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Chatham House report raises concerns over increased UK biofuel use

Hydrocarbon Engineering,

According to a recent report from Chatham House, the increased use of biofuels in the UK is a major cause for concern.

Since 2008, when the Renewable Transport Fuel obligation was introduced, UK fuel suppliers have been required by the government to add a growing proportion of sustainable materials into the petrol and diesel supply. Now, EU regulations dictate that biofuel must account for at least 5% of the UK’s transport fuel.

However, research carried out for Chatham House suggests that production at the 5% level is likely to cost UK motorists an extra £ 460 million/y (US$ 707 million/y). This is because biofuels contain less energy by volume than fossil fuels, requiring substantially more frequent refuelling. The additional cost to businesses is estimated at £ 322 million/y.

Furthermore, an additional EU target to supply 10% of transport energy from renewables by 2020 will exacerbate this issue further. The Chatham House report has suggested that additional costs to motorists at this level will be circa £ 1.3 billion/y.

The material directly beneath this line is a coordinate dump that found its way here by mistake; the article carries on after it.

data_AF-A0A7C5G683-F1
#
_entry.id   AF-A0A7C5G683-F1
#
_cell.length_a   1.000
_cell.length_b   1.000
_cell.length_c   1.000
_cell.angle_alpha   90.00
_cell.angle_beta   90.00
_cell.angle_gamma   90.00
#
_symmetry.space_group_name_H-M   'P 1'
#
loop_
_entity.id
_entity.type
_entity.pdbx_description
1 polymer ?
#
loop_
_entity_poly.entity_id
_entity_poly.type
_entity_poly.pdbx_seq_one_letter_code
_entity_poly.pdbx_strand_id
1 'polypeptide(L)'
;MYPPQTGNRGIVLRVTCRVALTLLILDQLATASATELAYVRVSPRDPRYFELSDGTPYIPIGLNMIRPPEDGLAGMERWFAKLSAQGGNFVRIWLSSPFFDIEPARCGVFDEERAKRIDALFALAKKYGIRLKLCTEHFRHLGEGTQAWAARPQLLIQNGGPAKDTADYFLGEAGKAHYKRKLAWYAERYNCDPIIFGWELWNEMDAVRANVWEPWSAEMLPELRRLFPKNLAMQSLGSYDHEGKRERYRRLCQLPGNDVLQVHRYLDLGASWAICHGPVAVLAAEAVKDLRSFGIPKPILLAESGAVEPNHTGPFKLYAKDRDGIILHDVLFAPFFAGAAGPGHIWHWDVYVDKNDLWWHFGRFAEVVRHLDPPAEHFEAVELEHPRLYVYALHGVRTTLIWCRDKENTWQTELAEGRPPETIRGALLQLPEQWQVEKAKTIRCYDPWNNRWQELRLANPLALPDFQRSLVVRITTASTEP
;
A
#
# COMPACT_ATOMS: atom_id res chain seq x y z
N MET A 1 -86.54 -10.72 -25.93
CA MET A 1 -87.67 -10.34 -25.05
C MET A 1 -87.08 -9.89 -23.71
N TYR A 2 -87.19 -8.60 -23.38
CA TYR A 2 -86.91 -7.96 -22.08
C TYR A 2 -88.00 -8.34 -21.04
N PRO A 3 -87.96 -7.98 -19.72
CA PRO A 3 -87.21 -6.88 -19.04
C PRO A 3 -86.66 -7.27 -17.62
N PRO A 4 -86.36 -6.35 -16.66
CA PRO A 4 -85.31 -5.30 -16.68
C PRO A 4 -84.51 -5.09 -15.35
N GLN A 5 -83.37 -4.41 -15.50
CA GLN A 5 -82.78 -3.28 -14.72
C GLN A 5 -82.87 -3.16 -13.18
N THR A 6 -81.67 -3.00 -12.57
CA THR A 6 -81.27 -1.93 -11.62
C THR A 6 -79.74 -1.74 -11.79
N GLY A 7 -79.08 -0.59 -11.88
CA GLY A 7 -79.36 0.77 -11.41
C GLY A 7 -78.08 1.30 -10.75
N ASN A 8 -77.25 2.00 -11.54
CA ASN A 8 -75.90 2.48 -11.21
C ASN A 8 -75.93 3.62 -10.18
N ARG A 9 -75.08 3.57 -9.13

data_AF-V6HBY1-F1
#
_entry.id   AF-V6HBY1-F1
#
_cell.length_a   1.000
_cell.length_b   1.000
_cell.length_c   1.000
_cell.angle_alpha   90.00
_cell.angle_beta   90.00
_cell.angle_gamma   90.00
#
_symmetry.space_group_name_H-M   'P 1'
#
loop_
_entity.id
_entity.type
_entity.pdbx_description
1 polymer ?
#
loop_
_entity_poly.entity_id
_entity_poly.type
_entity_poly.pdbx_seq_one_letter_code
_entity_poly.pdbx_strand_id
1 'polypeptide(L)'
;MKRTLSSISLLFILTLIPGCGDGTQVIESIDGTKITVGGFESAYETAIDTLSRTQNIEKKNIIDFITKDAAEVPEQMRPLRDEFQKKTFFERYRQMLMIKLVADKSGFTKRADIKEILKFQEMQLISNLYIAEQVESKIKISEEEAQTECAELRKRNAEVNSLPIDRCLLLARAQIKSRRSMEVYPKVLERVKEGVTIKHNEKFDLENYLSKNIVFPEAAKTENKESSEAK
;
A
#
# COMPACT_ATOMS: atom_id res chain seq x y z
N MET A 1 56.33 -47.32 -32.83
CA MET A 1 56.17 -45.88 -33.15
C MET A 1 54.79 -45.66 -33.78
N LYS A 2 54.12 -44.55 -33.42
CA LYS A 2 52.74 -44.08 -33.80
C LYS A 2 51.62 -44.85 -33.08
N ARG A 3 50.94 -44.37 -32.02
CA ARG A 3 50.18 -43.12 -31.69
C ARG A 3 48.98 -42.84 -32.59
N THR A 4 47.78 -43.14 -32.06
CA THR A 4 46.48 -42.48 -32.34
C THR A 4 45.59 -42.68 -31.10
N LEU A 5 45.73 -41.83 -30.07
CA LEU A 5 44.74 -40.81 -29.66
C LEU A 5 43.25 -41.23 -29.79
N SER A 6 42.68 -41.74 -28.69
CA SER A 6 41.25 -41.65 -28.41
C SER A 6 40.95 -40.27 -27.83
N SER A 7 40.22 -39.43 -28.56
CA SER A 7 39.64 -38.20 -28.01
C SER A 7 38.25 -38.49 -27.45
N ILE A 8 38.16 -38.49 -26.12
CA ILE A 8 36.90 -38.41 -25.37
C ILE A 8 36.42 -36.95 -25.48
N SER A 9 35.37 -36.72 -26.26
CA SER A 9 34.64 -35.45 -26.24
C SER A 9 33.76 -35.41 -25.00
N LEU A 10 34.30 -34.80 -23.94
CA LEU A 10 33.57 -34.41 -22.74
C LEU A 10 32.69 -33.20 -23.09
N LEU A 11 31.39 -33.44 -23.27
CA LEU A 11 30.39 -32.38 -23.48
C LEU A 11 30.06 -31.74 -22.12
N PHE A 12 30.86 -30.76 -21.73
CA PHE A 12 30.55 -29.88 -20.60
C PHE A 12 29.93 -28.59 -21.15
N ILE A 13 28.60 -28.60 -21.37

Concerns have also been raised in regards to the true environmental impact of biofuels. Although it is widely accepted that biofuels reduce road transport emissions, it is less widely accepted that the production of biofuels themselves is similarly environmentally sound. Increasingly, biofuel production is taking place on newly cleared land. The pollution generated from forest clearance is considered by some to dramatically outweigh the greenhouse gas savings made from their use as a fuel.

Furthermore, taking land out of production in order to grow oil for fuel could lead to detrimental effects on food security, and consequently to volatile food prices in the world’s poorest nations.

The European Biodiesel Board (EBB), which represents the industry in the EU, has acknowledged the Chatham House report, stating awareness of the problems caused by the EU mandate. However, it remains adamant that biofuels have many positives.

Edited from various sources by Emma McAleavey.

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